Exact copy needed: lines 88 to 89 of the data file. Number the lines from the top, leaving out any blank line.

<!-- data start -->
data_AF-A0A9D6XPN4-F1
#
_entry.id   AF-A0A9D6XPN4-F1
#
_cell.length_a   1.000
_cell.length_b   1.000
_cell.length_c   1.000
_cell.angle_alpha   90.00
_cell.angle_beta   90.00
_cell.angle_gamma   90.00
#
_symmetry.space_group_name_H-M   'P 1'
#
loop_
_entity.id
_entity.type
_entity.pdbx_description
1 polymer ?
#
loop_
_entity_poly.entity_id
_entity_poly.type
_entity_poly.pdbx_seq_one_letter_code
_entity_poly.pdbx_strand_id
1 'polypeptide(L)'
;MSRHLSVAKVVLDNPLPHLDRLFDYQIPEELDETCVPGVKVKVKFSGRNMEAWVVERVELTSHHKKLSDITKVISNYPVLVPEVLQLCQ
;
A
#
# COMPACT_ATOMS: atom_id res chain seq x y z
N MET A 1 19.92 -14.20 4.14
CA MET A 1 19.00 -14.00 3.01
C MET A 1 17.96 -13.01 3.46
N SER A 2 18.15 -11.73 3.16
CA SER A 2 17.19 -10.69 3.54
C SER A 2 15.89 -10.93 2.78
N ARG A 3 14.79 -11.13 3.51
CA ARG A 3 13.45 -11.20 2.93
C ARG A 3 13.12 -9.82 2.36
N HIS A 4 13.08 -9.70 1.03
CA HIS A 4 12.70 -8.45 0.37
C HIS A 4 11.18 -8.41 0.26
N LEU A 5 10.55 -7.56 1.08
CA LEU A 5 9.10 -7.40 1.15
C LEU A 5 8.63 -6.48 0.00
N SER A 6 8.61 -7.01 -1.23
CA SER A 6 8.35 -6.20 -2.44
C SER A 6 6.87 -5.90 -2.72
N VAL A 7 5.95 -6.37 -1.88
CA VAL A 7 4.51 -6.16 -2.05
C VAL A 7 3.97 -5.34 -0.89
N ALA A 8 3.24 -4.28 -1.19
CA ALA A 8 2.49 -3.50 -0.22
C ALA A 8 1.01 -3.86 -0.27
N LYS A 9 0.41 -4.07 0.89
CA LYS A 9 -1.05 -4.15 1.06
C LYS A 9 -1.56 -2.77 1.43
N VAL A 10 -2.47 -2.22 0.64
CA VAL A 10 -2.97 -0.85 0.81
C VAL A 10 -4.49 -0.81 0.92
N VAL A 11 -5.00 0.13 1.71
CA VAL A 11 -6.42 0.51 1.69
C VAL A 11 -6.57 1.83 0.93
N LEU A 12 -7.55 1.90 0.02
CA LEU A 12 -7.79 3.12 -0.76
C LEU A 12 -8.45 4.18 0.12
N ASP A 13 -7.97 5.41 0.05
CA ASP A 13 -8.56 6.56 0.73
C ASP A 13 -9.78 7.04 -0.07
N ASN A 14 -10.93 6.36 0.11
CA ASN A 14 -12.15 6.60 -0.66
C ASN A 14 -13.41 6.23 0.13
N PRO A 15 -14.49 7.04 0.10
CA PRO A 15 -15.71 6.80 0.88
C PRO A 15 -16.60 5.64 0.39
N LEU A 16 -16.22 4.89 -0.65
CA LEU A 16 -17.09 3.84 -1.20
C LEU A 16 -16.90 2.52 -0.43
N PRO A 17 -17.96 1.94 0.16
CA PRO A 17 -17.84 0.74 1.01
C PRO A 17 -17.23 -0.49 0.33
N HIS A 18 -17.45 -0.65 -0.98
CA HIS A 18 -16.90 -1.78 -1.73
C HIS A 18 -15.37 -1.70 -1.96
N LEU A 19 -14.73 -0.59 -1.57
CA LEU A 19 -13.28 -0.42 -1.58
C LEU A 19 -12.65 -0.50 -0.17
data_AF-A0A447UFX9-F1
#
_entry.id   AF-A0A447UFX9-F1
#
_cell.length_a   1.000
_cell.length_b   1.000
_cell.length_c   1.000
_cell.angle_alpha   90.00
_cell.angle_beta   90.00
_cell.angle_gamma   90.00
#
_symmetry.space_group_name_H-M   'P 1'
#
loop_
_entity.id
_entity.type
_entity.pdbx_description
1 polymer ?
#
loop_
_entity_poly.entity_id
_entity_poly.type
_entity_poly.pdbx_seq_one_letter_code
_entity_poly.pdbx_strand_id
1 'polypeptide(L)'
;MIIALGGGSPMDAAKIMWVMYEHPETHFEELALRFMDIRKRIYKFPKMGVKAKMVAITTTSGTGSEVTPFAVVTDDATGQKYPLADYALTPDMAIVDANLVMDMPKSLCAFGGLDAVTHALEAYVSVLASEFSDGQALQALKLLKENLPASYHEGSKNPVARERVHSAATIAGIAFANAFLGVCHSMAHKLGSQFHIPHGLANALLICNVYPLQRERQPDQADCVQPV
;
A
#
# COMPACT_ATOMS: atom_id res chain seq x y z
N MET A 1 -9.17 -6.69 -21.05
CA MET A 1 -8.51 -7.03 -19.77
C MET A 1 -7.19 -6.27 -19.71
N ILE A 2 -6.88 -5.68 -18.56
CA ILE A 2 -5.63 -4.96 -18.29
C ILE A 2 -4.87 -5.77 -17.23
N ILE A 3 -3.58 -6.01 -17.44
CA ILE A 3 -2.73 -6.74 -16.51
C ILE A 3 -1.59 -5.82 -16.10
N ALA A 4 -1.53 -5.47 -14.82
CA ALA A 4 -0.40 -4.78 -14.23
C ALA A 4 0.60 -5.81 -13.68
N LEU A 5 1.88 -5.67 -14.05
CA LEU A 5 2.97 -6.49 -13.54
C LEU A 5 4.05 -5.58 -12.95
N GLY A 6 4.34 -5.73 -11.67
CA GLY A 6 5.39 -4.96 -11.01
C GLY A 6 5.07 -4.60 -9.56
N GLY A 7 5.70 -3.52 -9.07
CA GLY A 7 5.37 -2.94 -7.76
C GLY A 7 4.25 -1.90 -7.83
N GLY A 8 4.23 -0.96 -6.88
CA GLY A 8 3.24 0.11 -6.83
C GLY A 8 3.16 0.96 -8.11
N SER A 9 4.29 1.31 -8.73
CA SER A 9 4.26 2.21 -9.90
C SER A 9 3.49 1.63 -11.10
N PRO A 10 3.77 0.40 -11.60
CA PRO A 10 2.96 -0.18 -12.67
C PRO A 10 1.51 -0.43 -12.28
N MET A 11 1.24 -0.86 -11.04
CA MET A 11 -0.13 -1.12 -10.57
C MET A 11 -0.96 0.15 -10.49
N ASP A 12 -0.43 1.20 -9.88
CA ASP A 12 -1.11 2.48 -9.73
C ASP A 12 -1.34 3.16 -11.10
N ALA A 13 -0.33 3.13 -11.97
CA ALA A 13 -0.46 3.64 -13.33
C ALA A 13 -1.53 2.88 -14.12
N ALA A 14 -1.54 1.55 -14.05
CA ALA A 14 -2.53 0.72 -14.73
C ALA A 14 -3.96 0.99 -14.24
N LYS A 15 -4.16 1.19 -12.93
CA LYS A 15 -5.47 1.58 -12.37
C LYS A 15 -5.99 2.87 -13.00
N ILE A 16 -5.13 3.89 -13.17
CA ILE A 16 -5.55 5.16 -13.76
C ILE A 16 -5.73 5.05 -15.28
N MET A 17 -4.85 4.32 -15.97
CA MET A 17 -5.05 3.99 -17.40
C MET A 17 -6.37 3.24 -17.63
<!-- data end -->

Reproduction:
data_AF-A0A447UFX9-F1
#